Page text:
I was there on Sunday, September 24 and said goodbye to Joey Bats. No surprise, it was incredibly hard to hold back tears as he walked off the field, hugging his teammates and saluting the crowd. It was a beautiful send-off.

A lot has been written about his tenure. Lists have been compiled and opinions have been shared. It’s hard to add something to an already large pile. But Bautista had affected many and here’s what his impact meant to me:

One of my earliest memories of him is from June 2009. The Blue Jays were playing the Phillies and Bautista teamed up with Aaron Hill to hit back-to-back homeruns. As I watched him round the bases from my seat in the 500s, I observed the unique occurrence.

“Look at that,” I thought to myself. “Bautista, the backup utility player, hit a homerun. That’s something you don’t see everyday.”

Shortly a year later, Bautista bombs were going off regularly.

To understand the importance of Bautista’s 54-homer campaign in 2010, one needs to remember the mood around Skydome at the time.

Things were looking bleak; very bleak. The team had practically hit rock bottom. Actually, if there was a level below “rock bottom,” the Jays were there.

A frustrating 2009 season ended with three straight losses to Baltimore and reports of a mutiny against Cito Gaston. AA took over general managing duties and in his first offseason, traded franchise icon Roy Halladay to Philadelphia.

The calendar changed to 2010 and “Hustle+Heart” was used to soften the blow of uncertainty. The playoff drought was going to continue with no end in sight. Making matters worse, the team was averaging around 10,000 fans early in the season. The sight of a stadium only 20% full was hollow and made some wonder if this was the beginning of the end.

But then Bautista started to hit homeruns and we all took notice. Suddenly, amongst the scorched ruin, a small, glowing spark emerged. Jose was that small, glowing spark.

Suddenly, the fate of the team wasn’t a concern anymore. There was hope. There was promise; all thanks to that glowing spark. Sure, the Jays were far from a playoff contender; but at least we could turn on the television or go to a game and say, “I can’t wait to see what Jose is going to do tonight.” He brought excitement when things were looking bleak.

2010 was also weird year for me. I guess one could call it a quarter life crisis. Certain doors closed and others opened. Through out it all was the stinging feeling of life not going the way I expected it go. In my head, I was failing at life.

So when I saw that former back-up utility player – whose arrival to the team in 2008 brought an unenthusiastic “meh” from the fan base – become a superstar slugger, I invested every ounce of passion and emotion. I was at the ground floor of something special and unlike other important moments and players of Blue Jay lore, I was not going to take it for granted.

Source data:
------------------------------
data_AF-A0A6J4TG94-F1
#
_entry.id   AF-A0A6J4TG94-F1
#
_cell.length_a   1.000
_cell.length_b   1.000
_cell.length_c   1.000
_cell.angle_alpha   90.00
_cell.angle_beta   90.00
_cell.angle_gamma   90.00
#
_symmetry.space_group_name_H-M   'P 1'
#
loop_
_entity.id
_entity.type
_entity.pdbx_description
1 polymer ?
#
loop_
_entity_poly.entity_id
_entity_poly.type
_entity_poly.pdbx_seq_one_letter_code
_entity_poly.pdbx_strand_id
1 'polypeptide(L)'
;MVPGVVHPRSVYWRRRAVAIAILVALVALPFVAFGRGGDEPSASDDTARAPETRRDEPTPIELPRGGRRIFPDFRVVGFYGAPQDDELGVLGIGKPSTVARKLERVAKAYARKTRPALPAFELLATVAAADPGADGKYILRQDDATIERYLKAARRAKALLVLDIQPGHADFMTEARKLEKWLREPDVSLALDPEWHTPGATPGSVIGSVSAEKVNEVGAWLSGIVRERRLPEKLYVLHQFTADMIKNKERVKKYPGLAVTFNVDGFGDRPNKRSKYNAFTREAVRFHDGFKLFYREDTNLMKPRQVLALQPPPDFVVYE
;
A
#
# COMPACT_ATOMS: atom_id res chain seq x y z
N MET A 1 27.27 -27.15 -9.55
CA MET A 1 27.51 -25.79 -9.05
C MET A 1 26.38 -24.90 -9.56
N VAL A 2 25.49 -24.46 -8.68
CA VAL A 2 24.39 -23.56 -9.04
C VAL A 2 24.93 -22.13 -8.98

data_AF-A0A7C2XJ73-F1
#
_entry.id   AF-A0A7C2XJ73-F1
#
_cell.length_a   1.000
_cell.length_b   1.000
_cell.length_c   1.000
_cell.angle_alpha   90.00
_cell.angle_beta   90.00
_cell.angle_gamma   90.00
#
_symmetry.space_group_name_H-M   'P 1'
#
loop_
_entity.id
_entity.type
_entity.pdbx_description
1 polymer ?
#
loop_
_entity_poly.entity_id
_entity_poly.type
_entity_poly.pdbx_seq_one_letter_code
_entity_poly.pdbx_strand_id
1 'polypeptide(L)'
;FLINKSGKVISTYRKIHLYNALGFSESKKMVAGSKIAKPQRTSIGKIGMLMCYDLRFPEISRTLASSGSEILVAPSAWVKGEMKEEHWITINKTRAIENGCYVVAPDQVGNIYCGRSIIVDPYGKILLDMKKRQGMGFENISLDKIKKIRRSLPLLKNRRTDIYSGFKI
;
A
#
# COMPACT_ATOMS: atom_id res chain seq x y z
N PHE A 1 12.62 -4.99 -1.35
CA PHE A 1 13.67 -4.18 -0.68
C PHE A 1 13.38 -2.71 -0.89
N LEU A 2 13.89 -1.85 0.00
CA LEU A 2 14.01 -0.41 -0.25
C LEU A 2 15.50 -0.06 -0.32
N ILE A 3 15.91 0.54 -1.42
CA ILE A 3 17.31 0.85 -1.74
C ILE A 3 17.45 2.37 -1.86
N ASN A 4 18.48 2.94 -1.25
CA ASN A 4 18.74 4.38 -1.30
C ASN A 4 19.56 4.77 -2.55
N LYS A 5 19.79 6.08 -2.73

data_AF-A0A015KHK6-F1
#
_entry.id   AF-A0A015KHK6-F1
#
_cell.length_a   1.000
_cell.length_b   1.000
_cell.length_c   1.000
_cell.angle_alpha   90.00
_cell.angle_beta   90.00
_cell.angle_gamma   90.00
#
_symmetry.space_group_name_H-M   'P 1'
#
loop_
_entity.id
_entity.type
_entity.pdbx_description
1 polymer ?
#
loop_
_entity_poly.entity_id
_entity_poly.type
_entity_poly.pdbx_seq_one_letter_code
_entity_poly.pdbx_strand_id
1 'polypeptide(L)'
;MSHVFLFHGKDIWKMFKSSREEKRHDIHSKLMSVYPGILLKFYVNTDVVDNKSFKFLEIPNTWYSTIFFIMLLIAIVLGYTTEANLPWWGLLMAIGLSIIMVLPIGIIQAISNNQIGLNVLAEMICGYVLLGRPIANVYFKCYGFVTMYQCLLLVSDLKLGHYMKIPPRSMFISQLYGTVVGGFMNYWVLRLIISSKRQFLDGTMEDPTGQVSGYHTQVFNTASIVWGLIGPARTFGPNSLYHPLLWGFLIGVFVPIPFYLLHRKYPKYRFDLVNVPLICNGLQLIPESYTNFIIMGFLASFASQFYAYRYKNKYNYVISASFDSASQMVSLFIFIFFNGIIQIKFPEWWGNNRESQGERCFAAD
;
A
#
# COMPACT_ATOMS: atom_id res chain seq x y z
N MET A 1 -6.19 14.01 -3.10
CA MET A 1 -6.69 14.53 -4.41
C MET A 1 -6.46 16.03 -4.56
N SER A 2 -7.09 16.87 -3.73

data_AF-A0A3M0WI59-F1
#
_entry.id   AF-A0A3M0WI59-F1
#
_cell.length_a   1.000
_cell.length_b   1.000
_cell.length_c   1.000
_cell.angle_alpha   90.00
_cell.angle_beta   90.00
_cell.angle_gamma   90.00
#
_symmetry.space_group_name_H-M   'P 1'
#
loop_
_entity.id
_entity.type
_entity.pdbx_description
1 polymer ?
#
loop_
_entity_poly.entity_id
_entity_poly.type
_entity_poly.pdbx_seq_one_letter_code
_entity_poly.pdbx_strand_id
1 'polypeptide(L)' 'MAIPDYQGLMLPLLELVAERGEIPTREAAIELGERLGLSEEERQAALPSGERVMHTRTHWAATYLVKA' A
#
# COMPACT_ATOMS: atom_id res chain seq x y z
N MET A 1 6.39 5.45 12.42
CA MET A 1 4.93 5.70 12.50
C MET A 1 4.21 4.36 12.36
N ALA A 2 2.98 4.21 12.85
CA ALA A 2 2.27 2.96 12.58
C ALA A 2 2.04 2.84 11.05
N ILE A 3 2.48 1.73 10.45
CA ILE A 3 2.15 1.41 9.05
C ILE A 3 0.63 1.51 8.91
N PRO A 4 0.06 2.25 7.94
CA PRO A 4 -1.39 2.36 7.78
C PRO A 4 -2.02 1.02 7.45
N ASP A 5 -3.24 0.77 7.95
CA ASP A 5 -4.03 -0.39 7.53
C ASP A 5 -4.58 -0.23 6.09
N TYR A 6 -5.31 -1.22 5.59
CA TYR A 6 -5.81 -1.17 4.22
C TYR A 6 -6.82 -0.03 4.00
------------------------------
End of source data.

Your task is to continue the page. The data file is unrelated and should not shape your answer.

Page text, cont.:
One Friday evening, I was at Skydome for a match between the Jays and Cleveland. The weather was perfect that night. My friend and I sat in the 500s, behind home plate – one of my favourite sports to watch a game.

Midway through the match, the Jays loaded the bases and Jose – already in the midst of his incredible season – came to the plate. There were about 19,000 fans in attendance and excitement began to grow.

“I hope he hits a grand slam,” I thought to myself. “Please, I need this.”

Then he connected for – I believe – his 36th homerun of the season. The crowd erupted! 19,000 fans sounding like 50,000 fans and I was one of them. I wasn’t thinking about my struggles and failures. I was smiling and feeling lucky that I was there and part of the experience. No anger or fear for the rest of the night. Maybe things will be okay.

I am grateful for Joey Bats because he gave me an escape.

From there, it all came together: Edwin’s rise to stardom, the big trades, the arrival of Stroman, Sanchez and Osuna, Donaldson’s MVP season. Yes, there were setbacks; but the prize of two exciting playoff runs was worth the pain.

The batflip will always maintain it’s iconic status in Canadian sports mythology. The image of Bautista sending his bat to another galaxy will sit in the same category as Paul Henderson’s Summit Series goal in 1972, Sydney Crosby’s golden goal and of course, Joe Carter’s World Series winning blast.